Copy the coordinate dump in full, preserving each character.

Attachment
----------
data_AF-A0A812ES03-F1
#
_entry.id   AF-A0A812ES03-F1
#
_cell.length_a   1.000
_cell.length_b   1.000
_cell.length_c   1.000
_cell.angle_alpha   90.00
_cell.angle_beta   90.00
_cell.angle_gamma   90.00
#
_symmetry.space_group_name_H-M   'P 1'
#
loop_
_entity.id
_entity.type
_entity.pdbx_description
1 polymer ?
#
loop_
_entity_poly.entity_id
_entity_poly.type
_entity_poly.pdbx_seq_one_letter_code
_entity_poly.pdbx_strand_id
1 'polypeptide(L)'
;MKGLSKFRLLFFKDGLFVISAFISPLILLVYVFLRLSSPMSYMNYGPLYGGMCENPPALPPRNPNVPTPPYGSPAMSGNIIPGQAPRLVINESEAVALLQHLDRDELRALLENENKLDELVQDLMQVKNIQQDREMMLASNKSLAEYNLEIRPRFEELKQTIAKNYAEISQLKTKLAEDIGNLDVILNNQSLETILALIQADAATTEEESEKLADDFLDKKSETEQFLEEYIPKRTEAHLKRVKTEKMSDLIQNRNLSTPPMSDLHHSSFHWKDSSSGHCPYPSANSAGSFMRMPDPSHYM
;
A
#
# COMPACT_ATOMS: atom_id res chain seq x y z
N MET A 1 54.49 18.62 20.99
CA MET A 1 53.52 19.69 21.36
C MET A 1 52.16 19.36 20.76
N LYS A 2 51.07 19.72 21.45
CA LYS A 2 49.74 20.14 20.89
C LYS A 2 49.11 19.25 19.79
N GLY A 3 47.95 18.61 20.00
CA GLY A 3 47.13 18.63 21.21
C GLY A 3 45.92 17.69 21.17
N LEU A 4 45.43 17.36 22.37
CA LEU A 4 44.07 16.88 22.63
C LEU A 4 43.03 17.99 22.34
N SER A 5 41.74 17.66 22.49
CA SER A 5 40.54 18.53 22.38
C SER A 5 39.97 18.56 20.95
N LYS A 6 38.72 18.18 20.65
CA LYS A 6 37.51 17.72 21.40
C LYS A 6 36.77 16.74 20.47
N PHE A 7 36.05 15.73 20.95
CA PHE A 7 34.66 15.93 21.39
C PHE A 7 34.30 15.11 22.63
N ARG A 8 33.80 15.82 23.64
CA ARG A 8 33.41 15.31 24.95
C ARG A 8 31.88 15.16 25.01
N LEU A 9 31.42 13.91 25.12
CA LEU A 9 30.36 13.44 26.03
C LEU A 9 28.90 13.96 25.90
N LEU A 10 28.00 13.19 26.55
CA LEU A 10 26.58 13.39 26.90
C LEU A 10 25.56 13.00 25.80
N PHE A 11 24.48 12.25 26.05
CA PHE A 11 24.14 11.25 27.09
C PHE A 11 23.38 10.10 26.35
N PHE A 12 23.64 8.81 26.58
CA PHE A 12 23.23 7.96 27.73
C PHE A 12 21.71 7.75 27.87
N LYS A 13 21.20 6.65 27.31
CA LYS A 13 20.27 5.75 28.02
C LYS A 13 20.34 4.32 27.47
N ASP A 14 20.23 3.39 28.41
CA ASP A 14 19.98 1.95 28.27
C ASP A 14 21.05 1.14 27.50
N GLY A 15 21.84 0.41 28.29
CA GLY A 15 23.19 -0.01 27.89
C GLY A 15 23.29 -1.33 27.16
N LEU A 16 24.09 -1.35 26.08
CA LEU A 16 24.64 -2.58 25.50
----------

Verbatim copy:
data_AF-A0A812ES03-F1
#
_entry.id   AF-A0A812ES03-F1
#
_cell.length_a   1.000
_cell.length_b   1.000
_cell.length_c   1.000
_cell.angle_alpha   90.00
_cell.angle_beta   90.00
_cell.angle_gamma   90.00
#
_symmetry.space_group_name_H-M   'P 1'
#
loop_
_entity.id
_entity.type
_entity.pdbx_description
1 polymer ?
#
loop_
_entity_poly.entity_id
_entity_poly.type
_entity_poly.pdbx_seq_one_letter_code
_entity_poly.pdbx_strand_id
1 'polypeptide(L)'
;MKGLSKFRLLFFKDGLFVISAFISPLILLVYVFLRLSSPMSYMNYGPLYGGMCENPPALPPRNPNVPTPPYGSPAMSGNIIPGQAPRLVINESEAVALLQHLDRDELRALLENENKLDELVQDLMQVKNIQQDREMMLASNKSLAEYNLEIRPRFEELKQTIAKNYAEISQLKTKLAEDIGNLDVILNNQSLETILALIQADAATTEEESEKLADDFLDKKSETEQFLEEYIPKRTEAHLKRVKTEKMSDLIQNRNLSTPPMSDLHHSSFHWKDSSSGHCPYPSANSAGSFMRMPDPSHYM
;
A
#
# COMPACT_ATOMS: atom_id res chain seq x y z
N MET A 1 54.49 18.62 20.99
CA MET A 1 53.52 19.69 21.36
C MET A 1 52.16 19.36 20.76
N LYS A 2 51.07 19.72 21.45
CA LYS A 2 49.74 20.14 20.89
C LYS A 2 49.11 19.25 19.79
N GLY A 3 47.95 18.61 20.00
CA GLY A 3 47.13 18.63 21.21
C GLY A 3 45.92 17.69 21.17
N LEU A 4 45.43 17.36 22.37
CA LEU A 4 44.07 16.88 22.63
C LEU A 4 43.03 17.99 22.34
N SER A 5 41.74 17.66 22.49
CA SER A 5 40.54 18.53 22.38
C SER A 5 39.97 18.56 20.95
N LYS A 6 38.72 18.18 20.65
CA LYS A 6 37.51 17.72 21.40
C LYS A 6 36.77 16.74 20.47
N PHE A 7 36.05 15.73 20.95
CA PHE A 7 34.66 15.93 21.39
C PHE A 7 34.30 15.11 22.63
N ARG A 8 33.80 15.82 23.64
CA ARG A 8 33.41 15.31 24.95
C ARG A 8 31.88 15.16 25.01
N LEU A 9 31.42 13.91 25.12
CA LEU A 9 30.36 13.44 26.03
C LEU A 9 28.90 13.96 25.90
N LEU A 10 28.00 13.19 26.55
CA LEU A 10 26.58 13.39 26.90
C LEU A 10 25.56 13.00 25.80
N PHE A 11 24.48 12.25 26.05
CA PHE A 11 24.14 11.25 27.09
C PHE A 11 23.38 10.10 26.35
N PHE A 12 23.64 8.81 26.58
CA PHE A 12 23.23 7.96 27.73
C PHE A 12 21.71 7.75 27.87
N LYS A 13 21.20 6.65 27.31
CA LYS A 13 20.27 5.75 28.02
C LYS A 13 20.34 4.32 27.47
N ASP A 14 20.23 3.39 28.41
CA ASP A 14 19.98 1.95 28.27
C ASP A 14 21.05 1.14 27.50
N GLY A 15 21.84 0.41 28.29
CA GLY A 15 23.19 -0.01 27.89
C GLY A 15 23.29 -1.33 27.16
N LEU A 16 24.09 -1.35 26.08
CA LEU A 16 24.64 -2.58 25.50